I am not going to begin this piece with a cliche “It is already midseason, wow time has flown by so fast, blah blah blah…” But I can’t believe it’s already midseason (sorry). I am not trying to waste too much of your time here so I am going to get right into the awards. Here are my preseason predictions, in which my guesses were so-so as to where my opinions stand today.
Most Valuable Player: James Harden
Hey, I got one right! A few weeks ago, this pick looked like another on the long list of busts but, alas, an ember has risen from the pile of ashes. The Rockets only needed one spark to move from out of the playoffs to back in contention, winning 13 out of their last 17. All it took was their superstar guard, Austin Riv… I mean Brandon Kni… I mean Danuel Hou… “STOP! JUST SAY JAMES HARDEN ALREADY!”
Over the last month or so, El Chapo has been on an all-time great tear. Against Memphis on Monday night, Harden broke Kobe Bryant’s record of most consecutive 30+ point games, at 17. He scored 36 points in the first half, a Houston franchise record, and 57 in the game, two more points than all of his Rocket teammates combined. All of this came after a supposed “bad Harden game,” where he still managed 38 points, 12 assists, and nine rebounds. What other player is so unmeasurably great he is universally slandered on a night where he scores 38?
Harden is plasma hot in the month of January, averaging a staggering 42 points and 9.7 assists on a calm 60 true shooting. NBA fans seem to detest Harden for one reason or another, due to his excessive foul drawing and creative rule bending. His step back jumper is a weapon of mass destruction (which I wrote at length about previously here; no, it’s not a travel!) which he demoralizes opponents on a nightly basis. James Harden is the best offensive player in the NBA right now and it isn’t particularly close. Even if he can’t keep up this level of play, which he likely won’t Harden should be the favorite for MVP barring an unforeseen collapse.
Rookie of the Year: Luka Doncic
Did I get another one right? I did! This was the easiest award to pick before the season started and to the surprise of nobody, Luka has won the rookie of the year award already. Although many viewed the Serbian sensation as a lock for the award, nobody could have predicted the level at which his stardom would grow to.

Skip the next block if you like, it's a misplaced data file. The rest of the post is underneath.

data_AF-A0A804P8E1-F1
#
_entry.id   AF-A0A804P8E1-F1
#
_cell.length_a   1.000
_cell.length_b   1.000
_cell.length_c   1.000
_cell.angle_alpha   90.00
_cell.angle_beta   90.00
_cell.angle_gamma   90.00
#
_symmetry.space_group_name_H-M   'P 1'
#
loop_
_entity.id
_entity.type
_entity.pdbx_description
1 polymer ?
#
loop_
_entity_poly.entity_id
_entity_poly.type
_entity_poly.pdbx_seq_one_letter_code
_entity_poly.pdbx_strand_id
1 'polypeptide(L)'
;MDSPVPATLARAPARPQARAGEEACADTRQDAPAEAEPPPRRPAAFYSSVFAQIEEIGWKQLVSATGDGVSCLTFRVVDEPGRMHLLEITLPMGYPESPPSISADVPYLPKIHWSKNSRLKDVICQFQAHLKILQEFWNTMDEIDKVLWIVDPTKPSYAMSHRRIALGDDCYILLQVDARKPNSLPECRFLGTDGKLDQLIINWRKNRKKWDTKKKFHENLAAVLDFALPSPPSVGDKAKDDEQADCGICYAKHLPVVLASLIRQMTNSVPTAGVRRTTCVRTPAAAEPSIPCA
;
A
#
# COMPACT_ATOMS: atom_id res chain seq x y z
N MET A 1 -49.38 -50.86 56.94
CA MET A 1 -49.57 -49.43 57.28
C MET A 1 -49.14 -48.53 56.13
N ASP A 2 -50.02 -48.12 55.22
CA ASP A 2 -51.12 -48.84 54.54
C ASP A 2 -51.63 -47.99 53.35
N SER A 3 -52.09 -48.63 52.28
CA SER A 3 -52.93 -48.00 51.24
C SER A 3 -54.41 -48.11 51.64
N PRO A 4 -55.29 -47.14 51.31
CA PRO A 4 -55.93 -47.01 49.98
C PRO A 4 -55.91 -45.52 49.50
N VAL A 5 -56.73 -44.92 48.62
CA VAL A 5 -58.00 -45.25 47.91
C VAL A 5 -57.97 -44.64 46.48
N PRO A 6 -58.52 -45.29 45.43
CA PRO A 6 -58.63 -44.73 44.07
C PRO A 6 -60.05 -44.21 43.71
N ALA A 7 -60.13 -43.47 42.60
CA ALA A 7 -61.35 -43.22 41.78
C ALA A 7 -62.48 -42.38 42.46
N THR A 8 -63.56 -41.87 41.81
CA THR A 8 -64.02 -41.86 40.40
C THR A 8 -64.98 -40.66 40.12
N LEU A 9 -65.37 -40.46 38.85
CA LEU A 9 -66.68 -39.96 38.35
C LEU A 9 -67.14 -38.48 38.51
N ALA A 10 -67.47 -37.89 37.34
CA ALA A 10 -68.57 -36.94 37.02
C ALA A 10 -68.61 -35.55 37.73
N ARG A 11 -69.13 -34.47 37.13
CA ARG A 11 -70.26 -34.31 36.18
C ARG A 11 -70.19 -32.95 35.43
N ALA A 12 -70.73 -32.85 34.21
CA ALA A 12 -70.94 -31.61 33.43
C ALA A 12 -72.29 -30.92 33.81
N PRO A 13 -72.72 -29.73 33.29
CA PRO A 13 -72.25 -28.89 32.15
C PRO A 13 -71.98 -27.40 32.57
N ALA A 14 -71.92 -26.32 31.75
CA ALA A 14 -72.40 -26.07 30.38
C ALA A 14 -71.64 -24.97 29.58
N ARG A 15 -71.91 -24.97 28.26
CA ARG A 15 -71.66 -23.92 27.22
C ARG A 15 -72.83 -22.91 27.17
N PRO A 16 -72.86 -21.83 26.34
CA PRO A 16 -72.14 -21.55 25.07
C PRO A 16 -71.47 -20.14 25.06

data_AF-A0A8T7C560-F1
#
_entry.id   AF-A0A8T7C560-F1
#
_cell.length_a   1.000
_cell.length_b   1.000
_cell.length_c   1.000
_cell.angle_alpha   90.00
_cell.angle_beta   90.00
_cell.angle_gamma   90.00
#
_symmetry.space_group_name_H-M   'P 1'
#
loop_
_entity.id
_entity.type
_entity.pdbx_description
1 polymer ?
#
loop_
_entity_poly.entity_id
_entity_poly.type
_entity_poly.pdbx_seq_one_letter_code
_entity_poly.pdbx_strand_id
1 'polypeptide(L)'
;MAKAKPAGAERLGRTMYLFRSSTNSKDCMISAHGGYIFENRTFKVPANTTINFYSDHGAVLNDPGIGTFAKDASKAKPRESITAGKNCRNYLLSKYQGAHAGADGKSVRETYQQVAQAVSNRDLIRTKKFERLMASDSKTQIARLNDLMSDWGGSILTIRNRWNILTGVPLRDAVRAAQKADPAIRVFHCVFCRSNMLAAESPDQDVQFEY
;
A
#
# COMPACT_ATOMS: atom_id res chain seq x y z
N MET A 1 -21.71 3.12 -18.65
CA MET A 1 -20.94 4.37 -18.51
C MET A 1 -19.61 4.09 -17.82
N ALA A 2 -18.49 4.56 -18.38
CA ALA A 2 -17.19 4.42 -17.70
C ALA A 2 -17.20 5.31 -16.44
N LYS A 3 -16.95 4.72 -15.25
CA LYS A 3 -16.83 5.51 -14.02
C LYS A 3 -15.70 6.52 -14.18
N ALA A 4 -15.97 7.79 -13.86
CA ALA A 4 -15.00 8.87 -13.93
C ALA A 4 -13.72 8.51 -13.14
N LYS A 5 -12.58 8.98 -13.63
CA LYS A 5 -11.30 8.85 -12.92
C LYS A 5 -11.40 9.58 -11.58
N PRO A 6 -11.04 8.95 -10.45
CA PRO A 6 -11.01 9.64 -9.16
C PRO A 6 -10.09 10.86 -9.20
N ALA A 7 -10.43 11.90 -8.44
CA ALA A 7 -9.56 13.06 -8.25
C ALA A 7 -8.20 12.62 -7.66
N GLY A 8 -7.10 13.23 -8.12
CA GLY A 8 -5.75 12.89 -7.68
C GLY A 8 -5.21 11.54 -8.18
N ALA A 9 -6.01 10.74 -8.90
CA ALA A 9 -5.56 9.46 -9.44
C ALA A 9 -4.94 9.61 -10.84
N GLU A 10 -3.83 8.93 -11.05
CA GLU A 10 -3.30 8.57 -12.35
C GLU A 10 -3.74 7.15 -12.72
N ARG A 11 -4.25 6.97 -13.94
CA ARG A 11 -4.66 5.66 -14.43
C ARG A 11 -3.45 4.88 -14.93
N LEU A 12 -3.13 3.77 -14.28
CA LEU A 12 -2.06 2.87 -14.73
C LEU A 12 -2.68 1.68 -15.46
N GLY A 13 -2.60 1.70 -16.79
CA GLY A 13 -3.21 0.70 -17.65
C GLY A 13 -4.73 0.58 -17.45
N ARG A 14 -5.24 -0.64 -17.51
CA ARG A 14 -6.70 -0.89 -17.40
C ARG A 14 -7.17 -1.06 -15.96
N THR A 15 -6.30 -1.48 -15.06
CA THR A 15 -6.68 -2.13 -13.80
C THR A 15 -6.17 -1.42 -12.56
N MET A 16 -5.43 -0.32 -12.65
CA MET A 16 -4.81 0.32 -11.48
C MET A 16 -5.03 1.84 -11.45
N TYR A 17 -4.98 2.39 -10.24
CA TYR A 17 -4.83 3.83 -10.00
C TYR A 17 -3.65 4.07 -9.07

Luka is already an international phenom, as seen by his obscene All-Star vote count (more than Harden, may I add). Luka-mania is rife among the NBA community: Twitter clips of Luka Doncic explode like there are Russian bots retweeting every video with his name in it. He is a nightly highlight reel, manipulating his preternatural touch to create some of the most exciting plays in basketball, from game-winners to mind-boggling assists.
Averaging 20.2 points, 5.5 assists, and 6.7 rebounds shooting 37.3% from deep and a 56.4 true shooting mark, Doncic is on the cusp of offensive stardom. The hamster running in circles that powers the Dallas offensive machine, Luka is the man running the show and the one making the high leverage plays in crucial moments (well, most of the time.) He’s not at superstar level yet but is a clear top 40 range NBA player as a 19-year-old, and the clear best rookie in the NBA.
Defensive Player of the Year: Myles Turner
Am I a homer? Yeah, probably. But hear me out on this one. This award is traditionally a big man award and Turner is the best defensive big man this season. The pacifier in a crying baby’s mouth, a fat man’s trainer, the Death Star’s force field, Myles Turner is the protector of rims and eraser of buckets for the Indiana Pacers. He has taken a leap in his fourth season, ascending to true defensive stardom for the Pacers, the league’s
Looking at all-encompassing metrics, Turner ranks third in Jacob Goldstein’s Defensive Player Impact Plus-Minus, sixth in ESPN’s Defensive Real Plus-Minus, and fourth in the traditional defensive box plus-minus. Turner’s impact on the Pacers is clearer in his absence. Over the last four games where Turner has been dealing with a shoulder injury, the Pacers’ defensive rating has plummetted to an egregious 119.8, good for the third-worst mark in the NBA. The sample size is small, yes, but it is clear how much Indiana misses Turner’s rim protecting and versatility, and overall defensive goodness. An extended absence could hurt Turner’s chances at this award but as of today, my vote would be for Myles.